By Darren Horrigan, Editor in Chief
Five years ago, at a communications conference in Seattle, a man in a sharp suit and loafers gave me his business card:
We spoke about his work. He asked me about mine. We shared a laugh about how we essentially did the same thing, yet my job title was ‘corporate writer’ while he roamed the world as an uber-cool ‘chief storyteller’. I’ve wanted to be one ever since.
From hidden persuasion to cracking yarns
I’ve spent 28 years telling stories.
Initially, as a journalist with the Sydney Morning Herald, I covered state politics, local government and crime. Sometimes, in New South Wales, it was difficult to tell one from the other.
This is what I’ve learnt…
Some advertising and marketing (some, not all) is the price organisations pay for poor communications.
It’s the tax for not being authentic; for disrespecting your readers; for lousy storytelling.
Communicators have a higher calling.
Our role is to create a sense of belonging and to inspire people to join our movement, whether it’s a political party, a consumer brand or a niche firm of management consultants. The most effective way to win hearts and minds is through stories.
The best storyteller wins
The world’s most successful organisations – no matter their size or business – have shifted from interrupting our day (with marketing and advertising) to interacting with us (through communications and PR).
Today, the best storyteller wins.
Donald Trump became president of the United States because he told the best story – ‘Make America Great Again’.
The current world champions – the organisations telling the best stories – are American Express, Guinness, GE, Google and Red Bull.
- I dare you to remain unmoved by this from Guinness.
- This is why Red Bull owns extreme sports.
- And here’s my personal favourite, from GE.
What’s so great about this storytelling?
It is authentic. We can see ourselves, or someone we know or love, in these stories. They feel real. Most times, the people in these stories are real.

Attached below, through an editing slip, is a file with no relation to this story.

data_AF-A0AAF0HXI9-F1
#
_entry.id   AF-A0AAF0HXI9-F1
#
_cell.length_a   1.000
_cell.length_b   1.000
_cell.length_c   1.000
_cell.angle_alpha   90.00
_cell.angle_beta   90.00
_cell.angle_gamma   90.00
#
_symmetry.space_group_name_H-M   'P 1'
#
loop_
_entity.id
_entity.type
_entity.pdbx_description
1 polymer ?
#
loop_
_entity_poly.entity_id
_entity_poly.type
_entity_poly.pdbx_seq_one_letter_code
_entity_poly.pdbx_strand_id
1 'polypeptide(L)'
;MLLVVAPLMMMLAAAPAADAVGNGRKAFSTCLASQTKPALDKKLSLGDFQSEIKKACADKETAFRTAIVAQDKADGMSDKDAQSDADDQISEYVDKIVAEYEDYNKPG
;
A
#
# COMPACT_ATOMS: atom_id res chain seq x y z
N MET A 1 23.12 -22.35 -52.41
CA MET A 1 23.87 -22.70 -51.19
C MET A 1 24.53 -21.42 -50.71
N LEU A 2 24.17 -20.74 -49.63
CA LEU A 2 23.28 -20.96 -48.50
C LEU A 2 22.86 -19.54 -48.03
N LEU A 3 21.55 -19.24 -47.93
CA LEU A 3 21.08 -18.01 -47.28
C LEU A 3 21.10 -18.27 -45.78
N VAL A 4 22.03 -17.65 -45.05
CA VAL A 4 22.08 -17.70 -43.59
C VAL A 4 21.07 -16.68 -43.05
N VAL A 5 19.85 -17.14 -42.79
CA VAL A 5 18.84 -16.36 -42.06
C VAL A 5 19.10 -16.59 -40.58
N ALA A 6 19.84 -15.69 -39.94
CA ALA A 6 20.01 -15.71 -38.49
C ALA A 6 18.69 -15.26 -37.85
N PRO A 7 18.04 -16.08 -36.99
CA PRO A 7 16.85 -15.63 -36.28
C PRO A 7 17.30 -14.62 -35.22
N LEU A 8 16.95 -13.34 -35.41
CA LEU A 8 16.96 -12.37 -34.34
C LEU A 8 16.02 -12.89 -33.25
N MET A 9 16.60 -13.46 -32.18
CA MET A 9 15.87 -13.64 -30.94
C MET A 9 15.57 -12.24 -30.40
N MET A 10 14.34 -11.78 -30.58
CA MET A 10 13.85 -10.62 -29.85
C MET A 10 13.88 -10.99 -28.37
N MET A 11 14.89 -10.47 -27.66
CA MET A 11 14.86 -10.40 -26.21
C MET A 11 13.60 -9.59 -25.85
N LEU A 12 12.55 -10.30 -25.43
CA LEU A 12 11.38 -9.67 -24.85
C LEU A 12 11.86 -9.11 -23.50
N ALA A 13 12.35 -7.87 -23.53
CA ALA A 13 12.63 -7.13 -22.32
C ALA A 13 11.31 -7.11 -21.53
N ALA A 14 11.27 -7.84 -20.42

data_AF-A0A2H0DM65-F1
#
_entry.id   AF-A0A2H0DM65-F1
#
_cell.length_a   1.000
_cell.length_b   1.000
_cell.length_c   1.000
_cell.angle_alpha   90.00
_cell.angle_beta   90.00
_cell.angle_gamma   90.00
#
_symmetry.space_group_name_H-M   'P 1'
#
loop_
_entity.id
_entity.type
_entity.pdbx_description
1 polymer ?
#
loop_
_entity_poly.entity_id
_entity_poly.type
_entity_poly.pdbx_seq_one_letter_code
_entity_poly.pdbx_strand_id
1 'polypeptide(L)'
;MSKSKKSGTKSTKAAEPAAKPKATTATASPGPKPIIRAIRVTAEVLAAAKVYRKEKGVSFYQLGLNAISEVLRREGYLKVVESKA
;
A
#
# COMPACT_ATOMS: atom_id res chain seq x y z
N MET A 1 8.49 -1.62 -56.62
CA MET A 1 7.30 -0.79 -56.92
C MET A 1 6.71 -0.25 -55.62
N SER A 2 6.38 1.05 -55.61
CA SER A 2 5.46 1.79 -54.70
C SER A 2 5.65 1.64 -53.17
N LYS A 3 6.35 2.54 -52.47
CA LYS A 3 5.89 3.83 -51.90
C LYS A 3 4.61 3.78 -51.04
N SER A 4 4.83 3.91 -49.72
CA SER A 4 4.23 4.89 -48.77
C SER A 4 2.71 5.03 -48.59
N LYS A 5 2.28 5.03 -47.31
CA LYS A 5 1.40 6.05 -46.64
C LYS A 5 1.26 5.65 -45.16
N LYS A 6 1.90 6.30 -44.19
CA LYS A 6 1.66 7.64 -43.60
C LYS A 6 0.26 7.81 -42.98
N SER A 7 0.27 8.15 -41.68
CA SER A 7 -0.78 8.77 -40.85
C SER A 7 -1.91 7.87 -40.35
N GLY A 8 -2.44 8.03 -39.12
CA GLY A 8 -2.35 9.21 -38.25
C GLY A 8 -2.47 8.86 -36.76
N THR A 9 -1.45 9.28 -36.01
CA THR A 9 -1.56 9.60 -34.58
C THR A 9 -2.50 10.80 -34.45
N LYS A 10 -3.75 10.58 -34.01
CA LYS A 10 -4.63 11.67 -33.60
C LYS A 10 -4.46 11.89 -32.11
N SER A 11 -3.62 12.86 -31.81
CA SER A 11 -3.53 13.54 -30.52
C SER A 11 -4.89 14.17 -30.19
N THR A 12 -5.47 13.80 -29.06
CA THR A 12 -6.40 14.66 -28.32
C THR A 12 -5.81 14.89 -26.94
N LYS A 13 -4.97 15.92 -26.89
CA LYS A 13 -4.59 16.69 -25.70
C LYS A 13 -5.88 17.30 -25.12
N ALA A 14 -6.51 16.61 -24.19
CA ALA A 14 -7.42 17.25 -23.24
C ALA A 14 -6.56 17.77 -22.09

All these stories have emotion, and none of it is connected. They are exhilarating. They have a laser focus. They have a hero, and it isn’t the product. Instead, at the centre of these stories we find the people the product or service is meant for.
These are stories that grab our eyeballs and minds, take us on a little journey and leave us feeling warmer, smarter or energised.
Make people care
I’m amazed at how many Australian organisations – public and private – have their communications bar set so low. Too often the result is fractured, soulless and impotent marketing that most of us ignore.
People are the medium for stories – always have been, always will be. So, worry less about which channel (print, broadcast, digital, display, experiential, etc.) should be primary, and focus first on your two main concerns: to tell a good story and to make people care.
One man who knew this well is my professional hero, Ted Sorensen. As John F. Kennedy’s speechwriter and confidant, Sorensen helped to tell some of the biggest and most powerful stories of the 20th century. “Ask not what your country can do for you, ask what you can do for your country” is a Ted Sorensen line. He was a master.
Together with Kennedy, Sorensen helped to change how an entire country thought about itself. They changed history.
What we do will never change history. However, by being authentic, by helping people see themselves in a story, by making them care, we can help our clients present themselves to their audiences in a way that gives them the best chance of prompting a positive response.